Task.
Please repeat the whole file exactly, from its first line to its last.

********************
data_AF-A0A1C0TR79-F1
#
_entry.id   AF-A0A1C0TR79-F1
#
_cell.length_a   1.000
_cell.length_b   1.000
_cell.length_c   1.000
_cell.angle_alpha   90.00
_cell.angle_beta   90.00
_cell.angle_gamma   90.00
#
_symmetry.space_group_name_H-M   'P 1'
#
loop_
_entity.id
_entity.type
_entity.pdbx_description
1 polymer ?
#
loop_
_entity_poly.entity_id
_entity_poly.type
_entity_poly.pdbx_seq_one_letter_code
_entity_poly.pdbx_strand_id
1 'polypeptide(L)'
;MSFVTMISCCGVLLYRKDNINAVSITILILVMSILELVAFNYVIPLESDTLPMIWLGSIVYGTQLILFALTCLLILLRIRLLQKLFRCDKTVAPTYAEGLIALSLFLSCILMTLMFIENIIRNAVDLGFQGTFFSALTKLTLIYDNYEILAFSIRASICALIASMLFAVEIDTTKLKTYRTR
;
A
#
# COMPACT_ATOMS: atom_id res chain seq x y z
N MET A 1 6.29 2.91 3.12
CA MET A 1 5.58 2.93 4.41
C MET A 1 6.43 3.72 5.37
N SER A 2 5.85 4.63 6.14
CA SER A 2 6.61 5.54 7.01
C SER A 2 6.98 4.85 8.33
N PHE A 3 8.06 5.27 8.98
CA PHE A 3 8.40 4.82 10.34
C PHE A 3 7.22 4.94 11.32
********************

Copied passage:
data_AF-A0A1C0TR79-F1
#
_entry.id   AF-A0A1C0TR79-F1
#
_cell.length_a   1.000
_cell.length_b   1.000
_cell.length_c   1.000
_cell.angle_alpha   90.00
_cell.angle_beta   90.00
_cell.angle_gamma   90.00
#
_symmetry.space_group_name_H-M   'P 1'
#
loop_
_entity.id
_entity.type
_entity.pdbx_description
1 polymer ?
#
loop_
_entity_poly.entity_id
_entity_poly.type
_entity_poly.pdbx_seq_one_letter_code
_entity_poly.pdbx_strand_id
1 'polypeptide(L)'
;MSFVTMISCCGVLLYRKDNINAVSITILILVMSILELVAFNYVIPLESDTLPMIWLGSIVYGTQLILFALTCLLILLRIRLLQKLFRCDKTVAPTYAEGLIALSLFLSCILMTLMFIENIIRNAVDLGFQGTFFSALTKLTLIYDNYEILAFSIRASICALIASMLFAVEIDTTKLKTYRTR
;
A
#
# COMPACT_ATOMS: atom_id res chain seq x y z
N MET A 1 6.29 2.91 3.12
CA MET A 1 5.58 2.93 4.41
C MET A 1 6.43 3.72 5.37
N SER A 2 5.85 4.63 6.14
CA SER A 2 6.61 5.54 7.01
C SER A 2 6.98 4.85 8.33
N PHE A 3 8.06 5.27 8.98
CA PHE A 3 8.40 4.82 10.34
C PHE A 3 7.22 4.94 11.32